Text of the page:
“Part of this meant on-site complaint investigations had to be limited to those that were deemed essential following an enhanced risk assessment. At that time we also significantly increased our contact with services and made use of technology where appropriate.

“The pandemic caused changes to how services operated. Some closed and others restricted non-essential visitors.

“As a result, the trends and patterns in complaints noted in previous years were disrupted with falls in complaints received in the past year.

“Complaint investigation is one important part of our scrutiny work. Complaints inform our wider work, which includes intelligence gathering about care services and subsequently unannounced inspections of care services as required.

“Where we have serious concerns about a care service we do not hesitate to take action to keep people safe, and we lay a summary report of all our inspections every two weeks before the Scottish Parliament.”

Kevin Stewart, the Scottish Government minister for mental wellbeing and social care, said: “The safety, protection and wellbeing of residents and staff in care homes is a priority, and we have met regularly with the Care Inspectorate throughout the pandemic as they adapted to the challenges of inspecting and supporting care homes.

“Complaint investigations have continued throughout the pandemic as part of a multi-agency approach, which also involves Health and Social Care Partnerships and local public health teams.

“We mourn every death from Covid-19 and express our sympathy for all those who have lost loved ones.

“We have confirmed there will be a public inquiry into all aspects of the impact and handling of Covid-19, including care homes, and our immediate focus is on continuing to do everything necessary to save lives for the remainder of this pandemic.

“In addition, the First Minister announced an independent review into how adult social care can be most effectively reformed to deliver a national approach to care and support services.”

Karen Hedge, national director at Scottish Care, said: “The delivery of safe high quality care and support is our first priority.

“Whilst we understand the need to reduce footfall as a result of the pandemic, the sector is now in a safer position with the introduction of double vaccinations and other IPC (infection protection and control) measures.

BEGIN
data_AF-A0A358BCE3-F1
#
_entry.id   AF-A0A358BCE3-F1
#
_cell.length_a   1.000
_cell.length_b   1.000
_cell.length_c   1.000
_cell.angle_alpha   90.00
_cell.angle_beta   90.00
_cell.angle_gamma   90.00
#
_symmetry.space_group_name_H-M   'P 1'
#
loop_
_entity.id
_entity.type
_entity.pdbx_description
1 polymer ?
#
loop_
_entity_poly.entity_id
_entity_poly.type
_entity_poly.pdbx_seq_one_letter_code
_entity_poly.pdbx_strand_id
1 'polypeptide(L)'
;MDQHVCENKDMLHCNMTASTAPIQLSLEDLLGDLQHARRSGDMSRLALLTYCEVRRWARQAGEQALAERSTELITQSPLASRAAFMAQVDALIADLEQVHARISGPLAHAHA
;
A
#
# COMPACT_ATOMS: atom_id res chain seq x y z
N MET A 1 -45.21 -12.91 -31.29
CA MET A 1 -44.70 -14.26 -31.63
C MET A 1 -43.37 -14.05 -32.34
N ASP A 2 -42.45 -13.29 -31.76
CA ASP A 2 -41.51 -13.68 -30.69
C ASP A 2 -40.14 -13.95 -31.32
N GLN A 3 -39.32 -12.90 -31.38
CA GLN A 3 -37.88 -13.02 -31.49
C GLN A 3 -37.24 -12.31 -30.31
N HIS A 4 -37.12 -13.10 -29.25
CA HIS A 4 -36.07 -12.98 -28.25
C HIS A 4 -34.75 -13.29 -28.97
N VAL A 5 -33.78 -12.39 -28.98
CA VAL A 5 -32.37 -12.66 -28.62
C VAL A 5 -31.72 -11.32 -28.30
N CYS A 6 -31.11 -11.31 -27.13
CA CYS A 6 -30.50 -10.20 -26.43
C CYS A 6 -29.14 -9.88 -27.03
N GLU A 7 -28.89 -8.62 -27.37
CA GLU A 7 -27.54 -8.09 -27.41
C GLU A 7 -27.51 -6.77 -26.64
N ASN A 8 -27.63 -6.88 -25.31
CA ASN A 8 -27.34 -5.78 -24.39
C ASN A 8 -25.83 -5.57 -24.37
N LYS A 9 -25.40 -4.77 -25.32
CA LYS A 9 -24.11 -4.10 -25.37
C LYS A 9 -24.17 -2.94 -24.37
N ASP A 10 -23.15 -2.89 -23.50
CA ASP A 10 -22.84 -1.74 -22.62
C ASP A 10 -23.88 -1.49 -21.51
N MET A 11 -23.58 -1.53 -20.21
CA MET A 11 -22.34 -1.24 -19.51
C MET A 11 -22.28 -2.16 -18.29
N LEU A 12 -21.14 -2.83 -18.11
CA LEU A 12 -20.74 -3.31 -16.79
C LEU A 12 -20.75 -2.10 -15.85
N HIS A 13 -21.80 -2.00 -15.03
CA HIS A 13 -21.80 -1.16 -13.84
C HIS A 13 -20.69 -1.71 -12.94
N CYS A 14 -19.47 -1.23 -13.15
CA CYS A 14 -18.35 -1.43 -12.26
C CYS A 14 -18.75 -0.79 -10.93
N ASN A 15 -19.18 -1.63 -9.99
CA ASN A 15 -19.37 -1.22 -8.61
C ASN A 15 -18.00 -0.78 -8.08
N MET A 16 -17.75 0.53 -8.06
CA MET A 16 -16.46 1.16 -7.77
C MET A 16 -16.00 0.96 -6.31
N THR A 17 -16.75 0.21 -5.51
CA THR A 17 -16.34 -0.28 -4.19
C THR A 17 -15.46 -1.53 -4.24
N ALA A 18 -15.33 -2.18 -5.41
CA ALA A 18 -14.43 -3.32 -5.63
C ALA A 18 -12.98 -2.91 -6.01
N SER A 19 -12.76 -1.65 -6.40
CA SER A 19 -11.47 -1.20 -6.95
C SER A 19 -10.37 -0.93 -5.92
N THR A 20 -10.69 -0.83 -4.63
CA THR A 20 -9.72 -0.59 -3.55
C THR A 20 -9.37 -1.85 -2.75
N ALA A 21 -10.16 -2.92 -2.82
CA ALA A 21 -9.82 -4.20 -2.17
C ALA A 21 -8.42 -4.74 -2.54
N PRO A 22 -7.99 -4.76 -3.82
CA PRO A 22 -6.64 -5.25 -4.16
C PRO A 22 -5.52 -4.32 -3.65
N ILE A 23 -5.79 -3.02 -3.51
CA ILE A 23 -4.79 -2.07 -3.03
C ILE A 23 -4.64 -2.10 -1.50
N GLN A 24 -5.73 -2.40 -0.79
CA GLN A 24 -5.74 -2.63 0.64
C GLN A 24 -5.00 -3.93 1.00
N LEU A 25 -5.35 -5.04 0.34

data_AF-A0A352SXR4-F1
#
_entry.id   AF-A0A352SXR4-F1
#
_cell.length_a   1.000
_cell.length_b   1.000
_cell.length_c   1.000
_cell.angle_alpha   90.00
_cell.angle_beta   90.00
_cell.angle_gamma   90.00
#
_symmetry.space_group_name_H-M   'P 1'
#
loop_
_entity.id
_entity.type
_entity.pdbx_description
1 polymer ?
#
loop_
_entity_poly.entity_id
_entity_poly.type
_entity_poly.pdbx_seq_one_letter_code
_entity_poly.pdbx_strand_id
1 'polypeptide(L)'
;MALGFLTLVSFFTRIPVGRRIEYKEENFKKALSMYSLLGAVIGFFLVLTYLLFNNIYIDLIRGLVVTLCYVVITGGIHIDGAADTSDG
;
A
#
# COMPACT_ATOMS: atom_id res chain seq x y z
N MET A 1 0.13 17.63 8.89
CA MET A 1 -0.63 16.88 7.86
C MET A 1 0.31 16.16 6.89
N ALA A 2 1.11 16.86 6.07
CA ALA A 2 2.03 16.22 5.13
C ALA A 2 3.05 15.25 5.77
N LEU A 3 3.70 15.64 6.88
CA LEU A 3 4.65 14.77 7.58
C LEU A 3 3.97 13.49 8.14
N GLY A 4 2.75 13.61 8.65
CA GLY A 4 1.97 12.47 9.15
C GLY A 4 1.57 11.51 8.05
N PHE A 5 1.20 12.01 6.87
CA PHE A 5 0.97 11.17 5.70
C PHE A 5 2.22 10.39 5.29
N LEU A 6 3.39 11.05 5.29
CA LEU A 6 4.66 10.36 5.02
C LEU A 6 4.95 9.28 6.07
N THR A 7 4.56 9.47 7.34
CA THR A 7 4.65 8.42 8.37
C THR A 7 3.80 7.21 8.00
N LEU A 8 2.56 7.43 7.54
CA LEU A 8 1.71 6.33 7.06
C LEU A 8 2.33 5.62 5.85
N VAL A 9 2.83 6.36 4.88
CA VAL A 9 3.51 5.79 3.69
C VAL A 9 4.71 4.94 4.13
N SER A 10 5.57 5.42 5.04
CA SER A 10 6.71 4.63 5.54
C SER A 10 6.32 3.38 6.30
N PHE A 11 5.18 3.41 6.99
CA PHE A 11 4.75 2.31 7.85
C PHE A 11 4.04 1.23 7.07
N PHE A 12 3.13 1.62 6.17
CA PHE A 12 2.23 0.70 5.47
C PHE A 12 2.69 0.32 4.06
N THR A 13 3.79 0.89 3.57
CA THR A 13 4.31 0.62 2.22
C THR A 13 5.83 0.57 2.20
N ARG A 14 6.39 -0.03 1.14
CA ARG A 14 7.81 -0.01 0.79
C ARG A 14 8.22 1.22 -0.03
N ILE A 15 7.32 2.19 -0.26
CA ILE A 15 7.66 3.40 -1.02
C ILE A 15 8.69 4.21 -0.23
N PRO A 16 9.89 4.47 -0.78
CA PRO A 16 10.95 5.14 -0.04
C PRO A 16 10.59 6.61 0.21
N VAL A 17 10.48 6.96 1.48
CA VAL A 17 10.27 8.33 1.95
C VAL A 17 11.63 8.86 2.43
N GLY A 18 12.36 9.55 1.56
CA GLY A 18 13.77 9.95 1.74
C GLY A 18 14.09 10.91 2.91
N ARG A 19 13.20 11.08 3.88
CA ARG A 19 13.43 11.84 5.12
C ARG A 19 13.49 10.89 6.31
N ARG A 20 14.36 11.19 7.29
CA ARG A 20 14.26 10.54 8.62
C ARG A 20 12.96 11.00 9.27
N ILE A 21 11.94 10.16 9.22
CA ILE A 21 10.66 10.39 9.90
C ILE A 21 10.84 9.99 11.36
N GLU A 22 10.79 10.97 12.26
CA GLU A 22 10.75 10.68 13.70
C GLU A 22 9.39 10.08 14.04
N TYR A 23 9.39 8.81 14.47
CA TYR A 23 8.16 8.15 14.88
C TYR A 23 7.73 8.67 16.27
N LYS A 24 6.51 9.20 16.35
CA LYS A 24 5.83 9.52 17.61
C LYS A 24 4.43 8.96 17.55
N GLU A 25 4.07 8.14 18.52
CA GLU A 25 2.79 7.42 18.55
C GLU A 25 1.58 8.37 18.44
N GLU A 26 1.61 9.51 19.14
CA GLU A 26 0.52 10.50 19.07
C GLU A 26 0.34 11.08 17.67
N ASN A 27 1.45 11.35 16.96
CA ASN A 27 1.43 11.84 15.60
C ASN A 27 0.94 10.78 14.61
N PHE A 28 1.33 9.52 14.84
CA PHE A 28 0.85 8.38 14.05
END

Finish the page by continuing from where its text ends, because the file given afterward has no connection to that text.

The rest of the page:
“In situations where a local resolution cannot be found, we would welcome Care Inspectorate intervention as a way to investigate and respond to complaints.

“This is a necessary part of the improvement process offering assurance to those accessing care and support and their families as well as to care providers and staff.”

‘There still feels like there is no closure in this

John’s father was diagnosed with dementia in the final years of his life and lived close to his daughter, Mary MacCaskill, and his grandchildren.

“Getting dementia in the last six years of his life wasn’t easy. My mum cared for him, sadly two years into it she passed away with cancer,” John explained.

“He was settled in Home Farm by then and, yeah, I always say my dad loved reaching out his hand to give you a handshake, he would always shake your hand whenever he met you and even if you went to his house for a cup of tea, even if I went to his house for a cup of tea, you would always get a handshake as he greeted you at the door or even when you went into the sitting room.

“It was something he did, he just liked shaking hands. For us, it was very poignant the day he died and we said our goodbyes. I don’t know if he recognised our voices but certainly when my sister and I spoke he reached out his hand but it was the carer with her blue gloves on, for us it was very poignant because our dad always shook our hand and there he is coming to the end of his life and the hand that’s grabbing his hand is somebody that has to wear a blue glove because of the pandemic that we are in and that was our last time with our dad.